JCC at Craggy Gardens

In July, AmeriCorps member Travis Bordley and other SAHC staff enjoyed a beautiful day at Craggy Gardens while providing basic environmental education to a group of students from Asheville’s Jewish Community Center (JCC). These students, mostly elementary and middle schoolers, are a part of a summer camp offered by JCC. The theme of this year’s camp is the word Teva, a Hebrew word which translates to “nature.”

Camp leaders figured the best way to celebrate nature was to not only experience it, but to learn from land trust staff how people protect it and how we can help maintain that protected land. Travis took some time to encourage students to admire views of mountains and undeveloped land for miles before pointing out the distantly visible I-26. He went on to explain the difference between public protected lands like those along the Blue Ridge Parkway, and private lands used for development of roads, housing, and other manmade structures. The group learned that public protected lands are used for outdoor recreation, scenic beauty, and to protect unique and diverse plant and animal species and their habitats in order to maintain a healthy ecosystem.

SAHC staff, camp leaders, and camp goers all enjoyed a hike to a shaded area for lunch where Travis then discussed the seven principles of Leave No Trace. Though young, this bright group of children were mostly familiar with the principles and why each of them are important. Several students were eager to raise their hands to answer questions about why it’s crucial to minimize human impact on these public lands. After lunch the group excitedly hiked back to the parking lot, ready to trek up to Craggy Pinnacle.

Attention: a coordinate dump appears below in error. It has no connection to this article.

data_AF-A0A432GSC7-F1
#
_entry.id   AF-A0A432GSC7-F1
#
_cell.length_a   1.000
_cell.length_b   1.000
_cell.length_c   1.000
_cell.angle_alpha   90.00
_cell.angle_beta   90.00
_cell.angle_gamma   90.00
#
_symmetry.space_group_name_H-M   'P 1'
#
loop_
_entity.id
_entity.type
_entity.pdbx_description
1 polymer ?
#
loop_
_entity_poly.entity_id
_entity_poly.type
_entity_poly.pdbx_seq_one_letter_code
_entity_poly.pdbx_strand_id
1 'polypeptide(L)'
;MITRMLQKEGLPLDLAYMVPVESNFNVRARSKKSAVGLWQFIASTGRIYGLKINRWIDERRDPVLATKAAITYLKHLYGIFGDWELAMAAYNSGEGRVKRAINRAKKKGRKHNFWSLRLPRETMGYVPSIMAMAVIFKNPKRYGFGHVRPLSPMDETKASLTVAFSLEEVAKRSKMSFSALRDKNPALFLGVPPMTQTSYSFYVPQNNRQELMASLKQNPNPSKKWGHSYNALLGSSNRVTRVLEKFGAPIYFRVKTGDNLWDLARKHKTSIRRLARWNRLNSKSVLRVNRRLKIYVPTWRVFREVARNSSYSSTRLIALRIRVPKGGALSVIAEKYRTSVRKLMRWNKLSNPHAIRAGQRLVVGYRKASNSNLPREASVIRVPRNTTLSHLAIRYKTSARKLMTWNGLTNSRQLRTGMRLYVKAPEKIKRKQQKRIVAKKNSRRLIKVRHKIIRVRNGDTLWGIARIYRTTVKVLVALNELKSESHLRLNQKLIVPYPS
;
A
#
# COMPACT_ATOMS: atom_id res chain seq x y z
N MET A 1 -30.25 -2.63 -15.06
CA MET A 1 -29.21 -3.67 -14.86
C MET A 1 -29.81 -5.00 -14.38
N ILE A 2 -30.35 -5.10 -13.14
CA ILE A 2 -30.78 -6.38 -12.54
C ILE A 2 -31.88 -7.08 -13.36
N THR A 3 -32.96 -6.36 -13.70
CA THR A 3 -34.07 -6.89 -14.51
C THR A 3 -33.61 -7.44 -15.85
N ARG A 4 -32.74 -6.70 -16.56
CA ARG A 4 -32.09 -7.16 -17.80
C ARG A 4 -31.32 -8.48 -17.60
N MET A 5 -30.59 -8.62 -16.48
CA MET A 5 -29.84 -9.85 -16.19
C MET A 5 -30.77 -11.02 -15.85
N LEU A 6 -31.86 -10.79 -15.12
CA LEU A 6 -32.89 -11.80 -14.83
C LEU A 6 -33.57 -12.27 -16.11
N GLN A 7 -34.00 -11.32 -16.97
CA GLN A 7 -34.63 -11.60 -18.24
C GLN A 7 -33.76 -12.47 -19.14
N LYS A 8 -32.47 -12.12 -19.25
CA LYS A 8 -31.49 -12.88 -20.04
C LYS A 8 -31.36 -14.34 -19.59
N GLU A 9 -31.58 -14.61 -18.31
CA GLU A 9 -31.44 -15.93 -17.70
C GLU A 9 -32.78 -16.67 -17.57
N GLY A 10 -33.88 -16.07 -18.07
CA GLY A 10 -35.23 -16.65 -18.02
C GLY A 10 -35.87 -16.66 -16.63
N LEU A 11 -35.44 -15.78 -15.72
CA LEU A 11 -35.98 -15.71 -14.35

Full of energy and awe of their ecological surroundings, the kids hiked to the top of Craggy Pinnacle. Here they marveled at panoramic views and beautiful scenery, casting smiles out to the mountains all around them. Travis pointed out Mt. Mitchell in the distance and informed the group that the mountain is the highest in elevation east of the Mississippi River. Camp leaders proceeded to gather the group for photos, where the kids all were ready to smile and yell out “1, 2, 3, Teva!” to the cameras.

Danielle Dror, assistant programming director at the JCC joined in on the event and afterwards remarked that, “Every time we schedule a program with SAHC, I am reminded of how important and special it is to foster a love for our earth and a sense of responsibility to our environment. Travis has been a big driving force in educating our community. He is fun, well informed, and flexible to work with any age group. We are so glad we were able to collaborate with SAHC this year!”

After a fun and educational day at Craggy Gardens, the group hiked down to the parking lot and departed back to Asheville. Thank you to the folks at the Jewish Community Center for inviting SAHC to share the message of our work with younger generations.